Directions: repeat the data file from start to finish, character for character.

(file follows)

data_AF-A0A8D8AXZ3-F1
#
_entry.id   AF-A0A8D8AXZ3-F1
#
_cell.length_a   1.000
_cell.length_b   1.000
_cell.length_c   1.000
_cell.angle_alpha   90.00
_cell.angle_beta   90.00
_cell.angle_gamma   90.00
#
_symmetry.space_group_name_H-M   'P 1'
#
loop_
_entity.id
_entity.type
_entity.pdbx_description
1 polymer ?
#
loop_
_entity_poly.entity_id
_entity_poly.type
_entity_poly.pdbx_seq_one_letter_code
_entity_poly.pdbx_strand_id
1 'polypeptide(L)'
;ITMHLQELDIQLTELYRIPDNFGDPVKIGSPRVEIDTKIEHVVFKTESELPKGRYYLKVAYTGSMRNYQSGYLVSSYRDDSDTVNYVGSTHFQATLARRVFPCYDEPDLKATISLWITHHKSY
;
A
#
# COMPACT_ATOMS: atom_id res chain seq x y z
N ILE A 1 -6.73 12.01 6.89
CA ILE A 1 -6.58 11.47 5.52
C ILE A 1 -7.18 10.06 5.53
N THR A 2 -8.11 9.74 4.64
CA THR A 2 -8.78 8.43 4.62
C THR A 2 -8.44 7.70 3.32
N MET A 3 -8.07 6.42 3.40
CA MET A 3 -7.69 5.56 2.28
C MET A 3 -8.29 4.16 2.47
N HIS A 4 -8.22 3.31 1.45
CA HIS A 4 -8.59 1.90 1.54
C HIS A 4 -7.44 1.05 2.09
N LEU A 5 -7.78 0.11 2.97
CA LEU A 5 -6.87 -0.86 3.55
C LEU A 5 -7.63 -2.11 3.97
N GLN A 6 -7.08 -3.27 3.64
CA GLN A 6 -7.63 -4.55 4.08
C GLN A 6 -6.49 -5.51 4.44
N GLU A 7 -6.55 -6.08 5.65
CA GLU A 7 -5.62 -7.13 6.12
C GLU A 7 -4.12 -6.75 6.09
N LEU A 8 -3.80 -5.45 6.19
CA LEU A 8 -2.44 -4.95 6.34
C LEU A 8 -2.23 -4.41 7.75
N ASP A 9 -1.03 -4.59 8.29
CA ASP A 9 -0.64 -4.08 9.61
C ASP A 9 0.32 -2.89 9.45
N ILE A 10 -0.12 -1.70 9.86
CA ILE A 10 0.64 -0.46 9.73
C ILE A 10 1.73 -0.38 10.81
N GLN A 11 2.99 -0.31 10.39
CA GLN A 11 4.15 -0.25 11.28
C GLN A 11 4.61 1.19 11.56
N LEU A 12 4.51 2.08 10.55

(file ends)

data_AF-A0A8D8AXZ3-F1
#
_entry.id   AF-A0A8D8AXZ3-F1
#
_cell.length_a   1.000
_cell.length_b   1.000
_cell.length_c   1.000
_cell.angle_alpha   90.00
_cell.angle_beta   90.00
_cell.angle_gamma   90.00
#
_symmetry.space_group_name_H-M   'P 1'
#
loop_
_entity.id
_entity.type
_entity.pdbx_description
1 polymer ?
#
loop_
_entity_poly.entity_id
_entity_poly.type
_entity_poly.pdbx_seq_one_letter_code
_entity_poly.pdbx_strand_id
1 'polypeptide(L)'
;ITMHLQELDIQLTELYRIPDNFGDPVKIGSPRVEIDTKIEHVVFKTESELPKGRYYLKVAYTGSMRNYQSGYLVSSYRDDSDTVNYVGSTHFQATLARRVFPCYDEPDLKATISLWITHHKSY
;
A
#
# COMPACT_ATOMS: atom_id res chain seq x y z
N ILE A 1 -6.73 12.01 6.89
CA ILE A 1 -6.58 11.47 5.52
C ILE A 1 -7.18 10.06 5.53
N THR A 2 -8.11 9.74 4.64
CA THR A 2 -8.78 8.43 4.62
C THR A 2 -8.44 7.70 3.32
N MET A 3 -8.07 6.42 3.40
CA MET A 3 -7.69 5.56 2.28
C MET A 3 -8.29 4.16 2.47
N HIS A 4 -8.22 3.31 1.45
CA HIS A 4 -8.59 1.90 1.54
C HIS A 4 -7.44 1.05 2.09
N LEU A 5 -7.78 0.11 2.97
CA LEU A 5 -6.87 -0.86 3.55
C LEU A 5 -7.63 -2.11 3.97
N GLN A 6 -7.08 -3.27 3.64
CA GLN A 6 -7.63 -4.55 4.08
C GLN A 6 -6.49 -5.51 4.44
N GLU A 7 -6.55 -6.08 5.65
CA GLU A 7 -5.62 -7.13 6.12
C GLU A 7 -4.12 -6.75 6.09
N LEU A 8 -3.80 -5.45 6.19
CA LEU A 8 -2.44 -4.95 6.34
C LEU A 8 -2.23 -4.41 7.75
N ASP A 9 -1.03 -4.59 8.29
CA ASP A 9 -0.64 -4.08 9.61
C ASP A 9 0.32 -2.89 9.45
N ILE A 10 -0.12 -1.70 9.86
CA ILE A 10 0.64 -0.46 9.73
C ILE A 10 1.73 -0.38 10.81
N GLN A 11 2.99 -0.31 10.39
CA GLN A 11 4.15 -0.25 11.28
C GLN A 11 4.61 1.19 11.56
N LEU A 12 4.51 2.08 10.55